11.20.2 Magnitude of Plastic Strains and Stress-Dilatancy
		11.21 Temperature Effects
		11.22 Concluding Comments
		Questions and Problems
	12. Time Effects on Strength and Deformation
		12.1 Introduction
		12.2 General Characteristics
		12.3 Time-Dependent Deformation-Structure Interaction
			12.3.1 Time-Dependent Process of Particle Rearrangement
			12.3.2 Particle Breakage during Creep
			12.3.3 Aging - Time-Dependent Strengthening of Soil Structure
			12.3.4 Time-Dependent Changes in Soil Fabric
			12.3.5 Time-Dependent Changes in Physicochemical Interaction of Clay and Pore Fluid
		12.4 Soil Deformation as a Rate Process
			12.4.1 Concept of Activation
			12.4.2 Activation Frequency
			12.4.3 Strain Rate Equation
			12.4.4 Soil Deformation as a Rate Process
			12.4.5 Arrhenius Equation
		12.5 Bonding, Effective Stresses, and Strength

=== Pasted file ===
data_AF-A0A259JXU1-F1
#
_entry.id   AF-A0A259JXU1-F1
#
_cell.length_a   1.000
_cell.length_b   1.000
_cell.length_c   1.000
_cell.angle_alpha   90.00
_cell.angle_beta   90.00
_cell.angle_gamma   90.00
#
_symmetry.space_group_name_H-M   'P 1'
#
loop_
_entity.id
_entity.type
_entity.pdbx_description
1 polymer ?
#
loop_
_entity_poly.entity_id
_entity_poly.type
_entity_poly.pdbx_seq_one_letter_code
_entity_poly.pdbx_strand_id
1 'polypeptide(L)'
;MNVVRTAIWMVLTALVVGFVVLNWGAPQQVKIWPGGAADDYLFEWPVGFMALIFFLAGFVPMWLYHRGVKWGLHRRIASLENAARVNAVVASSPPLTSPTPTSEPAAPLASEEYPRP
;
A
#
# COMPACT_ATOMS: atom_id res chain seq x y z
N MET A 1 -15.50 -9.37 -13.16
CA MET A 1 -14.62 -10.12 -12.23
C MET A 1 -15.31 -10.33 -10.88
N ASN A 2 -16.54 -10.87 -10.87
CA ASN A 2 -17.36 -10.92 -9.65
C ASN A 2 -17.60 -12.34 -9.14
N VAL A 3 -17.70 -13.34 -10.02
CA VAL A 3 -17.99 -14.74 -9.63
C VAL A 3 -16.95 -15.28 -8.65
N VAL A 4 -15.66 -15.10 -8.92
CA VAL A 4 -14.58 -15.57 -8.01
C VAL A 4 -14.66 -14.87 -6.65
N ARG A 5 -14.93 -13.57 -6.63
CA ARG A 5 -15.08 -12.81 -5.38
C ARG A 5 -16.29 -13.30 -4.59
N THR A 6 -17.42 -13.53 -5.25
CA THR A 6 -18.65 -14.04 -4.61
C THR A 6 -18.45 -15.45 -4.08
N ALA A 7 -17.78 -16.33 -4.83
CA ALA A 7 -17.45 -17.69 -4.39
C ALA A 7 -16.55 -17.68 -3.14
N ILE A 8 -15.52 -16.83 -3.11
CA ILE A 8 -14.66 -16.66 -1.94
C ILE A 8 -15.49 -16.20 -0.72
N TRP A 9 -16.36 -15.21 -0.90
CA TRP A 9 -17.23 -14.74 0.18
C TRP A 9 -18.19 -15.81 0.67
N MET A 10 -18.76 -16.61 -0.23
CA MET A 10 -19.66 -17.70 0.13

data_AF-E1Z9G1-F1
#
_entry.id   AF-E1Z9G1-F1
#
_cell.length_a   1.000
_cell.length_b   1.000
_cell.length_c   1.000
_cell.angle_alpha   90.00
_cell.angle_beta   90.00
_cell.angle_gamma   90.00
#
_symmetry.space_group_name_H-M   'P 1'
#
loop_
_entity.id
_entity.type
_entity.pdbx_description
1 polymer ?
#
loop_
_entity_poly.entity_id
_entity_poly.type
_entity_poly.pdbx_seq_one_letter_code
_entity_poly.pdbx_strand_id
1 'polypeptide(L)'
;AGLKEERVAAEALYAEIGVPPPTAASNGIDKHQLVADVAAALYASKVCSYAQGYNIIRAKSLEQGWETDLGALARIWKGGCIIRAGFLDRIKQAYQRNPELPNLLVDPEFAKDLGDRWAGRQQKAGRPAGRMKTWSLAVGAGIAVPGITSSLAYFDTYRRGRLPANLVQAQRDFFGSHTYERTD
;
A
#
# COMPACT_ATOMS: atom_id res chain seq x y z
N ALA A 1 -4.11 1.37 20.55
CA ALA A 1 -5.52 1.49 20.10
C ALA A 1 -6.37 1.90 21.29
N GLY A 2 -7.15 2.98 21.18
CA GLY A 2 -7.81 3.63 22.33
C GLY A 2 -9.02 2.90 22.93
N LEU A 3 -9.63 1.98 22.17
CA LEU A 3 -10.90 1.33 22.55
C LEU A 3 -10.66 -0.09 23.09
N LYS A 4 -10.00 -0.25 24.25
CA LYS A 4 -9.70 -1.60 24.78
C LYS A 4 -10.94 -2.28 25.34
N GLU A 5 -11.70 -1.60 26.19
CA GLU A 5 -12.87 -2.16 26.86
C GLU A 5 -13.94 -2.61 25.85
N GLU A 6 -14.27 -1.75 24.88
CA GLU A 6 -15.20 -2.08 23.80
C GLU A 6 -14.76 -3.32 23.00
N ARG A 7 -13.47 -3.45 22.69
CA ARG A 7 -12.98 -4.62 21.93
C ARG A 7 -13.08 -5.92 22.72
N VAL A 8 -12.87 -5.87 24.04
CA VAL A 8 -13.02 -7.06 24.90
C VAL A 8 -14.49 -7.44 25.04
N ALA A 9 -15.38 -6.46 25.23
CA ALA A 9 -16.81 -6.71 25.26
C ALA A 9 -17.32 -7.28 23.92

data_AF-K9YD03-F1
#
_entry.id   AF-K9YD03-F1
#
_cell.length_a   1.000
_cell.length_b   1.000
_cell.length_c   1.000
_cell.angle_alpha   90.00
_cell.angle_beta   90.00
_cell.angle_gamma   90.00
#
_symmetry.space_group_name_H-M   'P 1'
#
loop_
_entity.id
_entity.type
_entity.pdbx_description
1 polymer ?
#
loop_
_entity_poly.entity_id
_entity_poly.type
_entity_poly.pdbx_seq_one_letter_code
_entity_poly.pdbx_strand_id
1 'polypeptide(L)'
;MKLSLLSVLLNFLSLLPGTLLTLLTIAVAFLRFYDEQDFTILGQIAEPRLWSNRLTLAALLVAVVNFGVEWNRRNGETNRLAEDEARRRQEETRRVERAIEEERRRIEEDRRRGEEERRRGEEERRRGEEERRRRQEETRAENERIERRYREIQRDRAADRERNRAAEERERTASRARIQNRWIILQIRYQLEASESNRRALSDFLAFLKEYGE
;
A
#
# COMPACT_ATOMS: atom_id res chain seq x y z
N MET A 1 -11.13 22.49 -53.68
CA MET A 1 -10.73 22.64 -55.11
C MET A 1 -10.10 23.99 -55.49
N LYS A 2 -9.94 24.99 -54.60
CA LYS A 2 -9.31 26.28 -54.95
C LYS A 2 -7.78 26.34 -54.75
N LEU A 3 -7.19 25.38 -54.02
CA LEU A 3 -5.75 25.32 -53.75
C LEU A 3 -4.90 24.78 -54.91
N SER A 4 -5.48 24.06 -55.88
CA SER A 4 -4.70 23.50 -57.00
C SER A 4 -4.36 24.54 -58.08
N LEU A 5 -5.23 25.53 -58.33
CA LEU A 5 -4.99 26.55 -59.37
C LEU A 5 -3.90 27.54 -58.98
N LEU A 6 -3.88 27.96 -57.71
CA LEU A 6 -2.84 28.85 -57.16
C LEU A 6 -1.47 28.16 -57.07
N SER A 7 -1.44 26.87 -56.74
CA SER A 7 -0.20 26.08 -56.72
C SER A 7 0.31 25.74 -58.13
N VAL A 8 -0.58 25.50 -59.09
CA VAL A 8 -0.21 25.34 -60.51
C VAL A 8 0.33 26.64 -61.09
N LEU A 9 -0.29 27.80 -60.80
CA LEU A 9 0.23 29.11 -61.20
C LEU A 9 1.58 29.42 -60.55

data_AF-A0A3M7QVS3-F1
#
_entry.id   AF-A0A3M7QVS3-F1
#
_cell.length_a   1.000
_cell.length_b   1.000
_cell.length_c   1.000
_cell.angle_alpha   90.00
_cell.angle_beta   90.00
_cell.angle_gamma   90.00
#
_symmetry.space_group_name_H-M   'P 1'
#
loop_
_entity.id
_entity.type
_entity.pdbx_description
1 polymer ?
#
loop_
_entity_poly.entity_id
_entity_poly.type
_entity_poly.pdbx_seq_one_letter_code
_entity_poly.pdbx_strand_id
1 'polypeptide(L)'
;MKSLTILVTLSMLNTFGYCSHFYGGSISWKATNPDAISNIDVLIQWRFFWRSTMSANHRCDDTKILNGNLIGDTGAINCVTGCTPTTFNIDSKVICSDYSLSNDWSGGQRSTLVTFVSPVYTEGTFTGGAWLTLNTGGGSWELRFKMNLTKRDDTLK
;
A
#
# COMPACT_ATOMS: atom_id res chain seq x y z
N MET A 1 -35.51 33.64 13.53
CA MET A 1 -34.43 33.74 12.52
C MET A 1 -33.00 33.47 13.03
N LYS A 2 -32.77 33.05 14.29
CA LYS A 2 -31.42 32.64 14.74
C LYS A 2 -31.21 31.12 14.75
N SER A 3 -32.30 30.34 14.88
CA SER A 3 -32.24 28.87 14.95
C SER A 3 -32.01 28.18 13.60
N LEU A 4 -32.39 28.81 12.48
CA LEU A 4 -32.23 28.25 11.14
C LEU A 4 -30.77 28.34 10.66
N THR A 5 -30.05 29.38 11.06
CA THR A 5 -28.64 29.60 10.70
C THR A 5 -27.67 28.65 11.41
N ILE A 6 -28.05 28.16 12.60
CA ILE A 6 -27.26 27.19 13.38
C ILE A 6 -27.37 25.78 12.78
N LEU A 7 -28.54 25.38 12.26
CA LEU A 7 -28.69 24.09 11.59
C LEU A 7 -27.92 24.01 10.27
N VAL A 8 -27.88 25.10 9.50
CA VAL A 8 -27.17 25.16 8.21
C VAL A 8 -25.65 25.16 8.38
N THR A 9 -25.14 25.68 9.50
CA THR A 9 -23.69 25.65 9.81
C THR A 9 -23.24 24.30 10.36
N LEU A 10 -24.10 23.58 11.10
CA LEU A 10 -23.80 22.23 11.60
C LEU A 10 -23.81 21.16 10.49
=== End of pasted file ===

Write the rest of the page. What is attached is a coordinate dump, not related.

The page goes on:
12.5.1 Deformation Parameters from Creep Test Data
			12.5.2 Activation Energies for Soil Creep
			12.5.3 Number of Interparticle Bonds
			12.5.4 Significance of Activation Energy and Bond Number Values
			12.5.5 Hypothesis for Bonding, Effective Stress, and Strength
		12.6 Shearing Resistance as a Rate Process
			12.6.1 Strain Rate Effects
			12.6.2 Effect of Temperature
		12.7 Creep and Stress Relaxation
			12.7.1 Effect of Composition
			12.7.2 Volume Change and Pore Pressures
			12.7.3 Effects of Temperature
			12.7.4 Effects of Test Type, Stress System, and Stress Path
			12.7.5 Interaction between Consolidation and Creep
		12.8 Rate Effects on Stress-Strain Relationships
			12.8.1 Yield and Strength Envelopes of Clays